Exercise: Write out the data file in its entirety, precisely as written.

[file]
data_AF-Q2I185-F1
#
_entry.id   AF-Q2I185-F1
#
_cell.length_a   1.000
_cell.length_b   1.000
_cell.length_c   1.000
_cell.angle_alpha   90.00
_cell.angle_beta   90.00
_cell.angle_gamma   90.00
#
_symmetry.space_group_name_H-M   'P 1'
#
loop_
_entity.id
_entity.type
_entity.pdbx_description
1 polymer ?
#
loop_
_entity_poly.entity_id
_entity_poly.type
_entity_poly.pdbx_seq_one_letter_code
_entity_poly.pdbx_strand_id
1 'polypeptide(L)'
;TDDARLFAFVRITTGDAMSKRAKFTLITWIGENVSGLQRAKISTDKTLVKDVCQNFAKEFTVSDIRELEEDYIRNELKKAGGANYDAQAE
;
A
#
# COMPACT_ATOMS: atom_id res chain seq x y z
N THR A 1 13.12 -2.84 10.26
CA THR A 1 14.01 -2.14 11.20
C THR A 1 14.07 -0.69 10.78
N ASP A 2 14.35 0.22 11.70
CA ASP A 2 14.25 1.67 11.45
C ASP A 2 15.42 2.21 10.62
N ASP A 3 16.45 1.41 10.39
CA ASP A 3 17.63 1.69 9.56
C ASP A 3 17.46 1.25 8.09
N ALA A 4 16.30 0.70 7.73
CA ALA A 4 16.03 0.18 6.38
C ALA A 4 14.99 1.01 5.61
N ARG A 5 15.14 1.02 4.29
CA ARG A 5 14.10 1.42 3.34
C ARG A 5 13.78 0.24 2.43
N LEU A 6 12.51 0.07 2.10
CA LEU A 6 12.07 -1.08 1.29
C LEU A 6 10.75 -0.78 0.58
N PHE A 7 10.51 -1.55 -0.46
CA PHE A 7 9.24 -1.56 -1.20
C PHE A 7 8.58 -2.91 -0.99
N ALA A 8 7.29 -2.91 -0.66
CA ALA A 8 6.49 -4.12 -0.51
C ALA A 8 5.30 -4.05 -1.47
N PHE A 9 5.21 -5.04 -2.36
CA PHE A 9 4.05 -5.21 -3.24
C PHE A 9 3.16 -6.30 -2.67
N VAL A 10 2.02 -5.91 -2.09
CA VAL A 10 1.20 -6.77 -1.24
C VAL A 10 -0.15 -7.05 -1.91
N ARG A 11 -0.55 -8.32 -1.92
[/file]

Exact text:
data_AF-Q2I185-F1
#
_entry.id   AF-Q2I185-F1
#
_cell.length_a   1.000
_cell.length_b   1.000
_cell.length_c   1.000
_cell.angle_alpha   90.00
_cell.angle_beta   90.00
_cell.angle_gamma   90.00
#
_symmetry.space_group_name_H-M   'P 1'
#
loop_
_entity.id
_entity.type
_entity.pdbx_description
1 polymer ?
#
loop_
_entity_poly.entity_id
_entity_poly.type
_entity_poly.pdbx_seq_one_letter_code
_entity_poly.pdbx_strand_id
1 'polypeptide(L)'
;TDDARLFAFVRITTGDAMSKRAKFTLITWIGENVSGLQRAKISTDKTLVKDVCQNFAKEFTVSDIRELEEDYIRNELKKAGGANYDAQAE
;
A
#
# COMPACT_ATOMS: atom_id res chain seq x y z
N THR A 1 13.12 -2.84 10.26
CA THR A 1 14.01 -2.14 11.20
C THR A 1 14.07 -0.69 10.78
N ASP A 2 14.35 0.22 11.70
CA ASP A 2 14.25 1.67 11.45
C ASP A 2 15.42 2.21 10.62
N ASP A 3 16.45 1.41 10.39
CA ASP A 3 17.63 1.69 9.56
C ASP A 3 17.46 1.25 8.09
N ALA A 4 16.30 0.70 7.73
CA ALA A 4 16.03 0.18 6.38
C ALA A 4 14.99 1.01 5.61
N ARG A 5 15.14 1.02 4.29
CA ARG A 5 14.10 1.42 3.34
C ARG A 5 13.78 0.24 2.43
N LEU A 6 12.51 0.07 2.10
CA LEU A 6 12.07 -1.08 1.29
C LEU A 6 10.75 -0.78 0.58
N PHE A 7 10.51 -1.55 -0.46
CA PHE A 7 9.24 -1.56 -1.20
C PHE A 7 8.58 -2.91 -0.99
N ALA A 8 7.29 -2.91 -0.66
CA ALA A 8 6.49 -4.12 -0.51
C ALA A 8 5.30 -4.05 -1.47
N PHE A 9 5.21 -5.04 -2.36
CA PHE A 9 4.05 -5.21 -3.24
C PHE A 9 3.16 -6.30 -2.67
N VAL A 10 2.02 -5.91 -2.09
CA VAL A 10 1.20 -6.77 -1.24
C VAL A 10 -0.15 -7.05 -1.91
N ARG A 11 -0.55 -8.32 -1.92